The James Strang Plates: Notes from Dr. Peterson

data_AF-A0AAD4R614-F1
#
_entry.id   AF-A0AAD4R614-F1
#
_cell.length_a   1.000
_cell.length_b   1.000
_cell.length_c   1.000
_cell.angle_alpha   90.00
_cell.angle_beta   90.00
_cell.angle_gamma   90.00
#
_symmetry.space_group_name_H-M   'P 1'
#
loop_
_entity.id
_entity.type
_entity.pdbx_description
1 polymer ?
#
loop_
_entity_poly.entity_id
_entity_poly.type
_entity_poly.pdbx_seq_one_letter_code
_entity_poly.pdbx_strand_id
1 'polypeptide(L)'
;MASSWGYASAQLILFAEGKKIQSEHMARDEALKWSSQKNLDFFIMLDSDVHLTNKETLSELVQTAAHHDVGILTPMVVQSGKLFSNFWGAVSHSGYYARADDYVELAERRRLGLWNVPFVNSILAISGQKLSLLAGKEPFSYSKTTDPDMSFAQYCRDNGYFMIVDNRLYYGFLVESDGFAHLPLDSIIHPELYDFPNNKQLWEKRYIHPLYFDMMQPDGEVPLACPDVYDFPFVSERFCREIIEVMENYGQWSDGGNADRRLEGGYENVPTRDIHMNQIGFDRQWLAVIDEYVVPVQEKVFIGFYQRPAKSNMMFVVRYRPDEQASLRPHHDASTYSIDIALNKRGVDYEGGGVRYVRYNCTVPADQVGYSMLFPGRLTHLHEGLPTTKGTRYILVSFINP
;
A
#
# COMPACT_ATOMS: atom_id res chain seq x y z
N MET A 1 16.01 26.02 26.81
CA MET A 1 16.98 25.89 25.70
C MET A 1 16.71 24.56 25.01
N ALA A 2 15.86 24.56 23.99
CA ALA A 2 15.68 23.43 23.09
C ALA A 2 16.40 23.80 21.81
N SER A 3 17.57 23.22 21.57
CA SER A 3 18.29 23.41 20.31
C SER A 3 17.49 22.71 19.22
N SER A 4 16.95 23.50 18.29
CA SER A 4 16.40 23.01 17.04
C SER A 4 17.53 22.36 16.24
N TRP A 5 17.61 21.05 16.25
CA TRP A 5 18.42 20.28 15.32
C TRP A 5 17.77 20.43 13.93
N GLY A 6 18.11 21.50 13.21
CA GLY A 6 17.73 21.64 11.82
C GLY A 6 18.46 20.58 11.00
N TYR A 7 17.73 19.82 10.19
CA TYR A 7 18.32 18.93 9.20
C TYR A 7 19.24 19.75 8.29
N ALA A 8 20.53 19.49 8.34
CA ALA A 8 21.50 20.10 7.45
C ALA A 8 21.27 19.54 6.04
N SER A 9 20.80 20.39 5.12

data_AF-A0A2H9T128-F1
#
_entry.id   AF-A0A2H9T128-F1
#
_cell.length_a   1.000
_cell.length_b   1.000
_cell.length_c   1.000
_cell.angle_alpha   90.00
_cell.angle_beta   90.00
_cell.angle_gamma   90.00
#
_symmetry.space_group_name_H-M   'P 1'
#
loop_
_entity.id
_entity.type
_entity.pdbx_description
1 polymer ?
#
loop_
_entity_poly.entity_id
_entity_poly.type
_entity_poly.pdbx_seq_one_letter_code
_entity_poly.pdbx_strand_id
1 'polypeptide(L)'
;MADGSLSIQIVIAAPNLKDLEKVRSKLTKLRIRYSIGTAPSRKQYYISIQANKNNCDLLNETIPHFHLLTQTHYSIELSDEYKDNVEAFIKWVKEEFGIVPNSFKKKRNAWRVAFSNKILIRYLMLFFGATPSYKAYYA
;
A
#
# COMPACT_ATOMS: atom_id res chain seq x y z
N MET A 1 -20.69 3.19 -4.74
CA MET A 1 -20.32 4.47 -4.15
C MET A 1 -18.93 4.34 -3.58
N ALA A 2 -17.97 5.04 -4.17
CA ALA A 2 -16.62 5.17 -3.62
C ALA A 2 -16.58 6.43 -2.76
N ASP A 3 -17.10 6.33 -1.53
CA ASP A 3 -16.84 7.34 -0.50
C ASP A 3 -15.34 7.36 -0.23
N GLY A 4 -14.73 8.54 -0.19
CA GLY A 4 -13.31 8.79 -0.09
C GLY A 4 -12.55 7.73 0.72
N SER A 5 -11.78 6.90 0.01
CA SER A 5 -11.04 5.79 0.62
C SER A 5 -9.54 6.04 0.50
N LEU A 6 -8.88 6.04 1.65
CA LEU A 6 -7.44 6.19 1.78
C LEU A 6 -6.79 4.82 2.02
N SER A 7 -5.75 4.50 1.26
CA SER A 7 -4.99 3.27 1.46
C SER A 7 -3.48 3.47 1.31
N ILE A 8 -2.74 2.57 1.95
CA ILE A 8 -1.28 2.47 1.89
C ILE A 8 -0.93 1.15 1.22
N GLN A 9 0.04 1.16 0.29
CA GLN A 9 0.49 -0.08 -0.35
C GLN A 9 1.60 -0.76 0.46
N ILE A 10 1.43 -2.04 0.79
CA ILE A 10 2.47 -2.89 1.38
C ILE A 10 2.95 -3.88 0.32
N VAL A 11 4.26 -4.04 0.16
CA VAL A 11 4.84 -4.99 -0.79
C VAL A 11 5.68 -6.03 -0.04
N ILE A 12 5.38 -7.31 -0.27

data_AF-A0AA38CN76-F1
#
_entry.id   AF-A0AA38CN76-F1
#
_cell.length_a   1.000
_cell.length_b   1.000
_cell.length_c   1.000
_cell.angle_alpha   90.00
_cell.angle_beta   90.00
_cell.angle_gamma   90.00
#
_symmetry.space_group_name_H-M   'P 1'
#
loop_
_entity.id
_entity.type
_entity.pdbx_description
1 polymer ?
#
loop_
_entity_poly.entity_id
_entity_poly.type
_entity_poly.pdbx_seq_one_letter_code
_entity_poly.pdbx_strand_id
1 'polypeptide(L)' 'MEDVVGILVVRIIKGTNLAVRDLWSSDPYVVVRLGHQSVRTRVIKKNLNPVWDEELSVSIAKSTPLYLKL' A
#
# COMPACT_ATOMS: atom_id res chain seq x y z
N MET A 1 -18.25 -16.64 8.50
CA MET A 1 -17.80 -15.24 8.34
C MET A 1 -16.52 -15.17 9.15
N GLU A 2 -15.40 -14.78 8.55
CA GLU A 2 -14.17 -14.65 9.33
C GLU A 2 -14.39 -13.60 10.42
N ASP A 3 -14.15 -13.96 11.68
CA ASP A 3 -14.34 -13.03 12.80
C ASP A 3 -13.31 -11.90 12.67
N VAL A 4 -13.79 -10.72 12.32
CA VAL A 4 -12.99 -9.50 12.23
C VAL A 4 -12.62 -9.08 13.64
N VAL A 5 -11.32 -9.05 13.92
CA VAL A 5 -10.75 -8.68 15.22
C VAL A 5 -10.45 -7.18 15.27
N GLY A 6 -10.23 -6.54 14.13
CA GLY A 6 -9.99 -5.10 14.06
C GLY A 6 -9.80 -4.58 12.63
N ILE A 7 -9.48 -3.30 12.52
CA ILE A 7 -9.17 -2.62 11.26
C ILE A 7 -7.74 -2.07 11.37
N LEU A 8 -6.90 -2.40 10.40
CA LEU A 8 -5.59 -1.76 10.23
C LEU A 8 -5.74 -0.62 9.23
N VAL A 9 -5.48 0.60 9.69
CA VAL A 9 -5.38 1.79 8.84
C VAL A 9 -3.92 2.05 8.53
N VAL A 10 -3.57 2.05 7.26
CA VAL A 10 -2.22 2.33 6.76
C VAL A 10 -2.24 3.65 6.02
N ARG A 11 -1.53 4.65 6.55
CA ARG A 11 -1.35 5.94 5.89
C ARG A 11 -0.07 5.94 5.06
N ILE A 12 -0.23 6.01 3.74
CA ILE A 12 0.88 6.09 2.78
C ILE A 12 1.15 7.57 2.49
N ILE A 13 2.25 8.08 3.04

The following is an excerpt from Dr. Daniel Peterson’s 2006 FAIR Conference address. DCP has posted this excerpt several times on MADB. Everything after this sentence are his words.